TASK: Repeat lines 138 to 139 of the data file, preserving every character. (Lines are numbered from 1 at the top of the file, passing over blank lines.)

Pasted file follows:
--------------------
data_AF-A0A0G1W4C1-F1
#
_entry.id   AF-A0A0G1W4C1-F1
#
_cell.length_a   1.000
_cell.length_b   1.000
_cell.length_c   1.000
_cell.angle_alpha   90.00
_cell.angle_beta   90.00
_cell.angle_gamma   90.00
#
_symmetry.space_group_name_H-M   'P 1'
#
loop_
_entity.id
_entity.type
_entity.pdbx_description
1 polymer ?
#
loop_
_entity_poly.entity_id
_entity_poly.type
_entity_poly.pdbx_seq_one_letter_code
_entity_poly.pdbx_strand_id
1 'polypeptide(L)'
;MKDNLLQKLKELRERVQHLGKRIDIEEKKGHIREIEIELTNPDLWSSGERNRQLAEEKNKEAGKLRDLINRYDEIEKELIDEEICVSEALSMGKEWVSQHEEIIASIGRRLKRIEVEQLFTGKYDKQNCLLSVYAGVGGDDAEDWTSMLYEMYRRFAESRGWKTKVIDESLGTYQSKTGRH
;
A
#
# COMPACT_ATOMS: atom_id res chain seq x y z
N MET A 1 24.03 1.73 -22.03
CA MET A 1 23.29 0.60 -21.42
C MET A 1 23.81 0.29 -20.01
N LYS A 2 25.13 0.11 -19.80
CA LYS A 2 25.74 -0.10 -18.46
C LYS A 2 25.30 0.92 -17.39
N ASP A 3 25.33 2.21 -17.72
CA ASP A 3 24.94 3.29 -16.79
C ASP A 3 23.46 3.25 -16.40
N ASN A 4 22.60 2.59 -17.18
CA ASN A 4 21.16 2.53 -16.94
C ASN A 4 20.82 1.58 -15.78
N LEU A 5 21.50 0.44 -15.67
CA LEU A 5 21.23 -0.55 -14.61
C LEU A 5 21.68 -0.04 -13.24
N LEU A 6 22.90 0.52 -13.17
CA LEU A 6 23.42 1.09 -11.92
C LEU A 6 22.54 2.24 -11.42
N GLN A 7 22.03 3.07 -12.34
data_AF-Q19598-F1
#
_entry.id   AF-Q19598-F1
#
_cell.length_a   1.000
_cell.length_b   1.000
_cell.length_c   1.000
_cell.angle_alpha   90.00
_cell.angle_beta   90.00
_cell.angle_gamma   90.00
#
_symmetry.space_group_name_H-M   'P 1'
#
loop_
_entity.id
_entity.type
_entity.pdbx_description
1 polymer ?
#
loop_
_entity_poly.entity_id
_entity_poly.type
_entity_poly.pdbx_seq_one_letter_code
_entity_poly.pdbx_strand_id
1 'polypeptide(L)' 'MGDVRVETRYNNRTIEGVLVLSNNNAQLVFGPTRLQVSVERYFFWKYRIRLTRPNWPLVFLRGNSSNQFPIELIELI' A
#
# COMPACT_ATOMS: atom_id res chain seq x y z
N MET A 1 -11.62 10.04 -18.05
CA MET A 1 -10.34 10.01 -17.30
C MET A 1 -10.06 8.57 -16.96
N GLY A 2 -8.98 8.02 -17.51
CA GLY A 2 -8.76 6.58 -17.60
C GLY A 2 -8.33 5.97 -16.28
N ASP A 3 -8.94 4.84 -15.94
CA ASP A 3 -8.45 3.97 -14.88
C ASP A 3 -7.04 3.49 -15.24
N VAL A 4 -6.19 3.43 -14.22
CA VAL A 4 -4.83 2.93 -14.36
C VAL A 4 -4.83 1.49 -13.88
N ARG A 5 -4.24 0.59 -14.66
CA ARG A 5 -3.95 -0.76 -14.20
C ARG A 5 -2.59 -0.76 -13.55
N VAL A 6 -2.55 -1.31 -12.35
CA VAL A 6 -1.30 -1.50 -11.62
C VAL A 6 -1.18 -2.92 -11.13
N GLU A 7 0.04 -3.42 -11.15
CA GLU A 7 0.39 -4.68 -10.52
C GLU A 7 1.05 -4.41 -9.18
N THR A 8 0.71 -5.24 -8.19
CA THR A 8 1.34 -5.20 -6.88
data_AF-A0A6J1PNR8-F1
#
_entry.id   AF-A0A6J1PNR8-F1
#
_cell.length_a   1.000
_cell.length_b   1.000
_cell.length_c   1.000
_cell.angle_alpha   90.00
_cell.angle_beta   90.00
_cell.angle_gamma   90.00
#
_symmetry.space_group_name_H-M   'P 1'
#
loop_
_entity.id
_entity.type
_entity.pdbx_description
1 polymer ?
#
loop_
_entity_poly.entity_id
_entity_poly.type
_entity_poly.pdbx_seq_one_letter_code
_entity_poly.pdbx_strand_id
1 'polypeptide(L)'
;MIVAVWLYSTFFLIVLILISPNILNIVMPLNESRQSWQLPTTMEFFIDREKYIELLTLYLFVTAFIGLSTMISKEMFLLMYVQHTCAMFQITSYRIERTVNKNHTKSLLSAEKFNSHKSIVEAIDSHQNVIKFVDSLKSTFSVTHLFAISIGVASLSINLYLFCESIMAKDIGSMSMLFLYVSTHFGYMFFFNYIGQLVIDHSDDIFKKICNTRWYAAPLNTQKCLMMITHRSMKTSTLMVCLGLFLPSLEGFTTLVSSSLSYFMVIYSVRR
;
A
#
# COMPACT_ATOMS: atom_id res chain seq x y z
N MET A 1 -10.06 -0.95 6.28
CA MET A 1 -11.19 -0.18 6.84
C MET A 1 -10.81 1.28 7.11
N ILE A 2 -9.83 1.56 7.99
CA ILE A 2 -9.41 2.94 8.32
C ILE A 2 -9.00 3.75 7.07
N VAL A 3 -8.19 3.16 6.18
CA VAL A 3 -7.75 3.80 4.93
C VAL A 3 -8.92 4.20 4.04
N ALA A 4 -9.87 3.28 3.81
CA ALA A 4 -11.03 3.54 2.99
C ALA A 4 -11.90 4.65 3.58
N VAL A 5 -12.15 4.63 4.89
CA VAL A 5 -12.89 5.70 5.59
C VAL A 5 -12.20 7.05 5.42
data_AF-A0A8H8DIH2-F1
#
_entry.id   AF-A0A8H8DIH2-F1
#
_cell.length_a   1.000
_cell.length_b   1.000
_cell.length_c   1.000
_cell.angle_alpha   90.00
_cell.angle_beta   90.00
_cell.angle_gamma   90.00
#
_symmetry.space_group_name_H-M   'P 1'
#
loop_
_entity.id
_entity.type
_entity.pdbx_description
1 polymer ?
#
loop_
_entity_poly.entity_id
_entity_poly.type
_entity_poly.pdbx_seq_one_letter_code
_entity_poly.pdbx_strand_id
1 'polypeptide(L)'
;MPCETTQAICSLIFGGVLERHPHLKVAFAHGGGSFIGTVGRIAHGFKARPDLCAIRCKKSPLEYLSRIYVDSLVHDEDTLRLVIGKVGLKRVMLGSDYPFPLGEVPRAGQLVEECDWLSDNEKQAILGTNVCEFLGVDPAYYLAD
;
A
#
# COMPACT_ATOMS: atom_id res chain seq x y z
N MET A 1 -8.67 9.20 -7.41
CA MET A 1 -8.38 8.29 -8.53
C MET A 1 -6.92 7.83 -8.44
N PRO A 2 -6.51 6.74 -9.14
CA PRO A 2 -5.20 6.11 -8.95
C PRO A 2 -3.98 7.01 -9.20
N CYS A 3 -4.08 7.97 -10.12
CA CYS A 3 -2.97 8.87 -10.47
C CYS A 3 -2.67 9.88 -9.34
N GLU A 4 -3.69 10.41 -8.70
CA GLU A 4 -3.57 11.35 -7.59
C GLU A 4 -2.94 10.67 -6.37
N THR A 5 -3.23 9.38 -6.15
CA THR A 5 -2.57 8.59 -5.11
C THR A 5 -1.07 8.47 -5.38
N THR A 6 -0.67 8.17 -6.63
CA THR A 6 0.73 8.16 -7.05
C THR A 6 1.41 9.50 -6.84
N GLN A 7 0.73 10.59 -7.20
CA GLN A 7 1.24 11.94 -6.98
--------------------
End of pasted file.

C VAL A 3 -8.92 4.20 4.04
N ALA A 4 -9.87 3.28 3.81